Managing the hours employees work (when they started, when they finished, any breaks they took, etc.) was once a manual process involving pencil and paper. As technology advanced, so did time clocks-employers were able to install manually-operated punch card clock systems, through which employees would clock in and out via a time card that would have a hole punched in it at the appropriate time (hence the coined phrase, “punching in/out”). But still, that process was somewhat manual, and left plenty of room for abuse and manipulation-for instance, an employee who was late in arriving to work could simply punch his or her time card at an earlier time.
These days, punch card time clock systems are all but a thing of the past-relics to be seen in museums and abandoned factories, perhaps. In their place are sophisticated computerized time clock systems. Many of these systems run on standalone computers, but many others can easily be integrated into existing computer platforms and databases. In other words, if you already use a computer system at your workplace to manage security, stock, payroll, and other administrative tasks, then you will most likely be able to add an electronic, computerized clocking system to it with relative ease.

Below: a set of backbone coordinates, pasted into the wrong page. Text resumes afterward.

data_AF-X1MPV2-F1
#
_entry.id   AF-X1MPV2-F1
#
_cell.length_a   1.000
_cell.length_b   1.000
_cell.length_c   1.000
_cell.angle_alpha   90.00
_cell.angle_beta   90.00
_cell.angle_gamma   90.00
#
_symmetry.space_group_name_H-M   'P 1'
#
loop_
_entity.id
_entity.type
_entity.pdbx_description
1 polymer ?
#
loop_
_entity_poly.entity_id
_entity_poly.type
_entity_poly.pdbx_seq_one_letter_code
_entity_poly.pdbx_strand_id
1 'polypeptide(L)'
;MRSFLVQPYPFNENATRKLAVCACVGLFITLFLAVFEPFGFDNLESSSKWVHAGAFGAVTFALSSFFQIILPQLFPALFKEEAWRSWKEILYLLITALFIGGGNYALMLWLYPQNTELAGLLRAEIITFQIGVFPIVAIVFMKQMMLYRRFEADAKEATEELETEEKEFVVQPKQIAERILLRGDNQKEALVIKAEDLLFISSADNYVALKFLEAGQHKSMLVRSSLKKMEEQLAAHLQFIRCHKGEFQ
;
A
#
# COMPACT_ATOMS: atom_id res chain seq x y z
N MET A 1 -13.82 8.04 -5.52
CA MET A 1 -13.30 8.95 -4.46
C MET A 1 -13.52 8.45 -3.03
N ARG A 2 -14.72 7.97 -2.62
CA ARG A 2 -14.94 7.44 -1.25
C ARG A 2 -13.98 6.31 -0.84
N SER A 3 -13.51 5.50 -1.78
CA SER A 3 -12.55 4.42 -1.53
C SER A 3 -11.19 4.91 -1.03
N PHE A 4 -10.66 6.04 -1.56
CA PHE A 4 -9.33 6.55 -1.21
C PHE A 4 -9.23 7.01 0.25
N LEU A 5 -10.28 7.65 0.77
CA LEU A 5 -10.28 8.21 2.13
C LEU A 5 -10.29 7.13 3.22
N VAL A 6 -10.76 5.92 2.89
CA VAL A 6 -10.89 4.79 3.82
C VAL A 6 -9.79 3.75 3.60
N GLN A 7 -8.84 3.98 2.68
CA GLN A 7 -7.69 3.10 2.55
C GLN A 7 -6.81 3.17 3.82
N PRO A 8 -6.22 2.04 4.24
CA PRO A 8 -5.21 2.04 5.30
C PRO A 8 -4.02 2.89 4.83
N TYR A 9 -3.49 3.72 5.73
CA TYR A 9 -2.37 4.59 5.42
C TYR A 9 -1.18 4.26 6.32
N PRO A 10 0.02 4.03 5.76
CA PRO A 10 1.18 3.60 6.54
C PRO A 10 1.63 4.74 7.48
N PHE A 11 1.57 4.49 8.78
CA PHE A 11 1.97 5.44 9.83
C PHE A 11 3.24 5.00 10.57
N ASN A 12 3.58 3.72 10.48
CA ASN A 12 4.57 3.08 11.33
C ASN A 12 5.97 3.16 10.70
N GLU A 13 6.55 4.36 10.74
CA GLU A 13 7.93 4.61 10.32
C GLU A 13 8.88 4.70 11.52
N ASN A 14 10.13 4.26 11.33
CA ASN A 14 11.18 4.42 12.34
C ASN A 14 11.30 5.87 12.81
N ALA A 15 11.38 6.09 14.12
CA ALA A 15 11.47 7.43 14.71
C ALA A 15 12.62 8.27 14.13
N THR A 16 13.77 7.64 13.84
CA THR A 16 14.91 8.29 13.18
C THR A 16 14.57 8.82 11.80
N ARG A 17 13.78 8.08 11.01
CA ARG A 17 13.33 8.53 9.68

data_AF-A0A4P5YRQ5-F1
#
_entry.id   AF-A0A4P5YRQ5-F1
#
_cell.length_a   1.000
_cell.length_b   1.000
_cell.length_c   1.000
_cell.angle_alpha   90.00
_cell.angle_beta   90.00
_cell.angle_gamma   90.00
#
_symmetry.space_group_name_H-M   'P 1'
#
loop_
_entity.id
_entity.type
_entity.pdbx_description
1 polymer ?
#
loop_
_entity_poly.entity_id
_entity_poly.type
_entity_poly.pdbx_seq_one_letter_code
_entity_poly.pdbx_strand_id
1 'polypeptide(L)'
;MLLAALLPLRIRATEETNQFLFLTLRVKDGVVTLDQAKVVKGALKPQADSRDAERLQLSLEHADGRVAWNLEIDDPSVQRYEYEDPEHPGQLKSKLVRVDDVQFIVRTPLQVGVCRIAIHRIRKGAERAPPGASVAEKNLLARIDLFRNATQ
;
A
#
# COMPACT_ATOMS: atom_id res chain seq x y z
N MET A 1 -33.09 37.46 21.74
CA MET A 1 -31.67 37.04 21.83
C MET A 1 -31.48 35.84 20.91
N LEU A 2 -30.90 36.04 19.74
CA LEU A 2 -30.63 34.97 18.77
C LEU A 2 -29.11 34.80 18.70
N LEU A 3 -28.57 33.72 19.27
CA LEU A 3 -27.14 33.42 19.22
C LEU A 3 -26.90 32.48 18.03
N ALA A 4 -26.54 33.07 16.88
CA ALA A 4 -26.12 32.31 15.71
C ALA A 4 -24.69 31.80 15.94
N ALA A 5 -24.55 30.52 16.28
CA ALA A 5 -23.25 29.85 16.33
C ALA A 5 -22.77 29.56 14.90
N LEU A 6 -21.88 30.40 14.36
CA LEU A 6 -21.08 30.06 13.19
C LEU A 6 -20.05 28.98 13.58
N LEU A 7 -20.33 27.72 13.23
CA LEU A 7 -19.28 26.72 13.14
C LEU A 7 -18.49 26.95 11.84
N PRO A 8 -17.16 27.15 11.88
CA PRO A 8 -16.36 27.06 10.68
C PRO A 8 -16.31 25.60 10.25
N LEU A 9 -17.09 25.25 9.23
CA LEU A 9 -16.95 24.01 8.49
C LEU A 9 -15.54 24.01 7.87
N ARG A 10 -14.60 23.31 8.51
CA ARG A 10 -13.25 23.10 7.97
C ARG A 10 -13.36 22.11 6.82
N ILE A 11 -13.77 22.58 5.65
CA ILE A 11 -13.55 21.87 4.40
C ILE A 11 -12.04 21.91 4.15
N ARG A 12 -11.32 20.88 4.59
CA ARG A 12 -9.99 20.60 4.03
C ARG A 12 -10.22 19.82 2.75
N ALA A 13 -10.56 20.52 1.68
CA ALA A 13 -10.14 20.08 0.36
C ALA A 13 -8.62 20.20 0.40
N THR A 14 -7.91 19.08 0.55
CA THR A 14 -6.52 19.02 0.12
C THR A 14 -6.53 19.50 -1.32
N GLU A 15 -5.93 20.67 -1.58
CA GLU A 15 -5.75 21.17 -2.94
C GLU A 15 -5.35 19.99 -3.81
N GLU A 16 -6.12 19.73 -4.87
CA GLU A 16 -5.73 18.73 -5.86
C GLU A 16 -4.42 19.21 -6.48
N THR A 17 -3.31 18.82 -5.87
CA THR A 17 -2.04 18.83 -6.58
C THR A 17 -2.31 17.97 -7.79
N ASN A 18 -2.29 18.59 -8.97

Here’s why you’ll want to purchase or upgrade to an electronic timeclock system:
- automation-no manual punch cards or time slips to keep track of
- check in on clocked-in or clocked-out employees at anytime, even remotely
- schedule breaks
- receive notifications of employees who are arriving late, leaving early, or who are absent altogether
- accurate logging of hours makes payroll easier: from a liability standpoint, you won’t have to worry about employees going into overtime, or minor employees working more hours than they are legally allowed to
Purchasing a new clock system for your workplace involves researching the available systems, and of course speaking with your computer or network administrator to decide which type of system is best.